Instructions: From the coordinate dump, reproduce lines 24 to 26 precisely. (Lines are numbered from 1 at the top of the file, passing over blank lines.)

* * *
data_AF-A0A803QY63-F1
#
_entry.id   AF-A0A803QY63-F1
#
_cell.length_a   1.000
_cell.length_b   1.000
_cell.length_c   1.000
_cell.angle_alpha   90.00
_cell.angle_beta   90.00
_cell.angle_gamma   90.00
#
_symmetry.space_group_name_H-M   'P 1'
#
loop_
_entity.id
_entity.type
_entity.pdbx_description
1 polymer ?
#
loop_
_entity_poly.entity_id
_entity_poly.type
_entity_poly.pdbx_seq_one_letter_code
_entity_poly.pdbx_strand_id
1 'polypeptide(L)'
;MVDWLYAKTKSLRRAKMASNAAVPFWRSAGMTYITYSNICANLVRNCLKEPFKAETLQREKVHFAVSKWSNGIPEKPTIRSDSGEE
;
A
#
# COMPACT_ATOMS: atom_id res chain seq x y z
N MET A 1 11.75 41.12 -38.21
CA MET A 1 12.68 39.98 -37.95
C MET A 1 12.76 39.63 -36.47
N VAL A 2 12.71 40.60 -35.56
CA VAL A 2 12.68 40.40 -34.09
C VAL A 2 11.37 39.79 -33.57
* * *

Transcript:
_entity_poly.pdbx_strand_id
1 'polypeptide(L)'
;MVDWLYAKTKSLRRAKMASNAAVPFWRSAGMTYITYSNICANLVRNCLKEPFKAETLQREKVHFAVSKWSNGIPEKPTIRSDSGEE